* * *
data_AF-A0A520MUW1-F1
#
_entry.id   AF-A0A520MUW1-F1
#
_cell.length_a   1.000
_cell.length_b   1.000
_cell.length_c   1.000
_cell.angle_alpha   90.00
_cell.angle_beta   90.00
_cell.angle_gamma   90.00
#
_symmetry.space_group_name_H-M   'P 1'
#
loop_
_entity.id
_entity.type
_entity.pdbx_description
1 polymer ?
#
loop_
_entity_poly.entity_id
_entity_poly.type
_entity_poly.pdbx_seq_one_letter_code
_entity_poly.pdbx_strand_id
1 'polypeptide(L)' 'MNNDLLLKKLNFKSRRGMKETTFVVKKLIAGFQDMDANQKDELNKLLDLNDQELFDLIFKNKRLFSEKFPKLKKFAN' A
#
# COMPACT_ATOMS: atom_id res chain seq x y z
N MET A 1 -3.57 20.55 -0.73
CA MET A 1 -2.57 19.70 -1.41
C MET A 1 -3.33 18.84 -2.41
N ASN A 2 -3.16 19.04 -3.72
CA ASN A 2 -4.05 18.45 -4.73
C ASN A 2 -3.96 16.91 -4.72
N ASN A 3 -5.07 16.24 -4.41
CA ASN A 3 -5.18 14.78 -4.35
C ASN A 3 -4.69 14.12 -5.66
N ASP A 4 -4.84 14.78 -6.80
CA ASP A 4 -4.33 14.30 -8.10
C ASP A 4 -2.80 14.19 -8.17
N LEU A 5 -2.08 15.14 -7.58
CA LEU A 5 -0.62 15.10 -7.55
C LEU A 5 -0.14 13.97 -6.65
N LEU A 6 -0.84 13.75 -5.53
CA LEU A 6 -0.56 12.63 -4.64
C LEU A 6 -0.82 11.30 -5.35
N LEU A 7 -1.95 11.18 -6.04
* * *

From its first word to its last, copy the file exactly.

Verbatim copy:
data_AF-A0A520MUW1-F1
#
_entry.id   AF-A0A520MUW1-F1
#
_cell.length_a   1.000
_cell.length_b   1.000
_cell.length_c   1.000
_cell.angle_alpha   90.00
_cell.angle_beta   90.00
_cell.angle_gamma   90.00
#
_symmetry.space_group_name_H-M   'P 1'
#
loop_
_entity.id
_entity.type
_entity.pdbx_description
1 polymer ?
#
loop_
_entity_poly.entity_id
_entity_poly.type
_entity_poly.pdbx_seq_one_letter_code
_entity_poly.pdbx_strand_id
1 'polypeptide(L)' 'MNNDLLLKKLNFKSRRGMKETTFVVKKLIAGFQDMDANQKDELNKLLDLNDQELFDLIFKNKRLFSEKFPKLKKFAN' A
#
# COMPACT_ATOMS: atom_id res chain seq x y z
N MET A 1 -3.57 20.55 -0.73
CA MET A 1 -2.57 19.70 -1.41
C MET A 1 -3.33 18.84 -2.41
N ASN A 2 -3.16 19.04 -3.72
CA ASN A 2 -4.05 18.45 -4.73
C ASN A 2 -3.96 16.91 -4.72
N ASN A 3 -5.07 16.24 -4.41
CA ASN A 3 -5.18 14.78 -4.35
C ASN A 3 -4.69 14.12 -5.66
N ASP A 4 -4.84 14.78 -6.80
CA ASP A 4 -4.33 14.30 -8.10
C ASP A 4 -2.80 14.19 -8.17
N LEU A 5 -2.08 15.14 -7.58
CA LEU A 5 -0.62 15.10 -7.55
C LEU A 5 -0.14 13.97 -6.65
N LEU A 6 -0.84 13.75 -5.53
CA LEU A 6 -0.56 12.63 -4.64
C LEU A 6 -0.82 11.30 -5.35
N LEU A 7 -1.95 11.18 -6.04